• Types of loans

    Conventional loans, HomeReady loan and Jumbo loans

  • Terms

    15 – 30 years

  • Credit needed

    620

  • Minimum down payment

    3% if moving forward with a HomeReady loan

Terms apply.

Pros

  • Ally HomeReady loan allows for a slightly smaller downpayment at 3%
  • Pre-approval in just three minutes
  • Available in all 50 U.S. states
  • Online support available
  • Doesn't charge lender fees

Cons

  • Doesn't offer FHA loans, USDA loans, VA loans or HELOCs

SoFi

  • Annual Percentage Rate (APR)

    Apply online for personalized rates; fixed-rate and adjustable-rate mortgages included

  • Types of loans

    Conventional loans, jumbo loans, HELOCs

  • Terms

    10 – 30 years

  • Credit needed

    620

  • Minimum down payment

    3%

Terms apply.

Pros

  • Fast pre-qualification
  • Provides access to Mortgage Loan Officers for guidance
  • 0.25% price reduction when you lock in a 30-year rate for a conventional loan
  • Offers up to $9,500 cash back if you purchase a home through the SoFi Real Estate Center

Cons

  • Doesn't offer FHA, VA or USDA loans
  • Mortgage loans are not available in Hawaii

If you won't be able to comfortably afford the minimum down payment on a jumbo loan, it's safe to say that it would be best to consider other kinds of loans. FHA loans, for example, have a minimum down payment requirement of 3.5% of the home's value. A conventional loan, on the other hand, typically requires a down payment of 5% to 20% of the home's value. A VA loan can actually allow you to make a down payment of 0%, if you qualify.

Do you meet the debt-to-income ratio requirements?

Because you're borrowing more money to purchase a home, there are often stricter qualification requirements, like having a much lower debt-to-income ratio. This is because you'll be seen as a risky borrower if your file indicates that you're taking on more debt than you might be able to comfortably afford.

The maximum debt-to-income ratio (DTI) for a jumbo loan is typically 43%. By comparison, many conventional loan lenders may still consider applicants with a DTI as high as 50%. The lower your DTI, the better. You can calculate your DTI by adding up all of your total monthly debt payments and dividing that number by your gross monthly income.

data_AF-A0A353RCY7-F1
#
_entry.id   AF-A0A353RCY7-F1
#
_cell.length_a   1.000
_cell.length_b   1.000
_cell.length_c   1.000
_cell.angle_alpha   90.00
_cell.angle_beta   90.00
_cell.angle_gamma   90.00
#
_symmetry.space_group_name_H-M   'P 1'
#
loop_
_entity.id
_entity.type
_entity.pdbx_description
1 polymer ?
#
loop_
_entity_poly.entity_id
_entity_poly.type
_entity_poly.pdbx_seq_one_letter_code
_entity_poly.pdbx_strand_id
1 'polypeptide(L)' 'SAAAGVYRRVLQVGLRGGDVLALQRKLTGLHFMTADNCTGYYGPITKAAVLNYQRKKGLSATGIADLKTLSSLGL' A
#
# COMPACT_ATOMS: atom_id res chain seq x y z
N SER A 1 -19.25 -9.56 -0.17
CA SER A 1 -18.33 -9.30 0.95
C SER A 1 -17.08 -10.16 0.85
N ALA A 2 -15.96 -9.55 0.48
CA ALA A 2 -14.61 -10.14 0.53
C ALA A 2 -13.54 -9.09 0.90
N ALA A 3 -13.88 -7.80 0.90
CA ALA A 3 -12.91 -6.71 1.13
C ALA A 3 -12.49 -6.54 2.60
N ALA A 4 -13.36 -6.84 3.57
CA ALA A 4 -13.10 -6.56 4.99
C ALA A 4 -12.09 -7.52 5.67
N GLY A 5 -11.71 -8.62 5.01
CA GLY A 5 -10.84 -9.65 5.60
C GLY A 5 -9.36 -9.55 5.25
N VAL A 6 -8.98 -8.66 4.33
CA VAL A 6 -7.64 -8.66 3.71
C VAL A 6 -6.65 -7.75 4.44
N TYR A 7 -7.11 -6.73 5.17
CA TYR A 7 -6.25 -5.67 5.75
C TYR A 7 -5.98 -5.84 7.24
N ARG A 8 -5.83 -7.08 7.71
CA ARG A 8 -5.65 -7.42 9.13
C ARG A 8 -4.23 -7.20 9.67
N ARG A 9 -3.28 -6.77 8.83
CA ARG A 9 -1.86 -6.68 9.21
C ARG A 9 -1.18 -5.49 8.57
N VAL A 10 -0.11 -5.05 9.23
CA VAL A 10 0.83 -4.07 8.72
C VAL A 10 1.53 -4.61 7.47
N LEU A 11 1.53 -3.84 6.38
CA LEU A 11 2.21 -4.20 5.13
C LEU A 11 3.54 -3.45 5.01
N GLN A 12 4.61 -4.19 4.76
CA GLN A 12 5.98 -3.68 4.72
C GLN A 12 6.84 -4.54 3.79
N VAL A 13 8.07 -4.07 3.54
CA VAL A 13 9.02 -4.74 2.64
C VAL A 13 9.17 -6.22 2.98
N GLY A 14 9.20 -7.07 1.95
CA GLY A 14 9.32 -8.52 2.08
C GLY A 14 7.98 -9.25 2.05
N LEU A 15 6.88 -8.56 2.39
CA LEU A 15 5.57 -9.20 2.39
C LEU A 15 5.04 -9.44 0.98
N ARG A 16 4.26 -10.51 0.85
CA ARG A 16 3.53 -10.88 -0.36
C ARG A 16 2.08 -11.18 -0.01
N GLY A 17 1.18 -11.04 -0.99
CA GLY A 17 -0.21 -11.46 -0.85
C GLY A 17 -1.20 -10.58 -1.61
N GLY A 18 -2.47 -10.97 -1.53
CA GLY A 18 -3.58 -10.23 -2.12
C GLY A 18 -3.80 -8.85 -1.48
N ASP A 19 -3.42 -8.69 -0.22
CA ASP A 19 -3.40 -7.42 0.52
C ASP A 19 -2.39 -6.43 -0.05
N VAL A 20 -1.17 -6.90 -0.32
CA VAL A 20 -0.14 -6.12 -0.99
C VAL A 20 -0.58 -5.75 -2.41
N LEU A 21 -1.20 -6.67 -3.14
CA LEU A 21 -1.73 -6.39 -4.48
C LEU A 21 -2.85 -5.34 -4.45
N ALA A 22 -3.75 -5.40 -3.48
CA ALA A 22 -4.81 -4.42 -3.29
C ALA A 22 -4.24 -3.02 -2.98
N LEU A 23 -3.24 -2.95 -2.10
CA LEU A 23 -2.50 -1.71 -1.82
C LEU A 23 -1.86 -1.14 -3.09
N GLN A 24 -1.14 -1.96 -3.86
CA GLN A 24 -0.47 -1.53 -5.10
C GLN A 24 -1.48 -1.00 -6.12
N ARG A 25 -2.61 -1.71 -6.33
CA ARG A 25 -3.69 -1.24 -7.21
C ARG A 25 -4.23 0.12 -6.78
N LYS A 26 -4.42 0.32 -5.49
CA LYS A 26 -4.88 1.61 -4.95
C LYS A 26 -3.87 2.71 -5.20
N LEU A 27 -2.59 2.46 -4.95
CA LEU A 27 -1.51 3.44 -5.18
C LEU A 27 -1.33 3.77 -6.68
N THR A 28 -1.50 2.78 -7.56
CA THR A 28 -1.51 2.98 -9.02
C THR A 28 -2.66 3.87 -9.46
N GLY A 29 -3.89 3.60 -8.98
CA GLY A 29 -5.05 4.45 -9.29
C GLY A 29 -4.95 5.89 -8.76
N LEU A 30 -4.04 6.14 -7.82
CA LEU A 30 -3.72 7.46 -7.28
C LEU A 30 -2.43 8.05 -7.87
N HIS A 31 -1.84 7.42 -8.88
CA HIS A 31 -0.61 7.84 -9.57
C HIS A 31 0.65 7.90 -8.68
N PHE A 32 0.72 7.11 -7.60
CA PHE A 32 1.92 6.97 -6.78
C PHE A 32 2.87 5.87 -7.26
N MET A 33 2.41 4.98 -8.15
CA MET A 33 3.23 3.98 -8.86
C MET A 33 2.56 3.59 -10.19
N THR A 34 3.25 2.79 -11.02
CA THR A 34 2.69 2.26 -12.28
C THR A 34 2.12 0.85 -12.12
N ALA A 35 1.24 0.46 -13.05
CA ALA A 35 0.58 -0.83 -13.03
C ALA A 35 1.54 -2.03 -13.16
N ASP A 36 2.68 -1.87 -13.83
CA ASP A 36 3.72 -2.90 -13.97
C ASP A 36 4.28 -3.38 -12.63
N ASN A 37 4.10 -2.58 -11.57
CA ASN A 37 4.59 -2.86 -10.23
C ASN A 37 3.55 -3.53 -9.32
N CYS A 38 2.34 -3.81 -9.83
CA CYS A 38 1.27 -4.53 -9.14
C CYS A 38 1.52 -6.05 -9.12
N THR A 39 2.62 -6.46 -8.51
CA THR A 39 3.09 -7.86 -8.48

What's your credit score?

According to LendingTree, jumbo loan lenders typically require a minimum credit score of 700. By contrast, other mortgage types usually ask that borrowers have a minimum credit score of around 620. So not only are DTI requirements for jumbo loans more strict, but credit score requirements are also higher.

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Bottom line

Regardless of what kind of home loan you're considering taking on, keep in mind that the type of loan and loan amount need to make sense for your financial situation. When it comes to jumbo loans especially, you should consider whether or not you qualify based on the stricter requirements, and whether or not such a large loan will be financially comfortable for you.

If you aren't sure, it never hurts to discuss your situation with a home loan expert through different lenders.

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Editorial Note: Opinions, analyses, reviews or recommendations expressed in this article are those of the Select editorial staff’s alone, and have not been reviewed, approved or otherwise endorsed by any third party.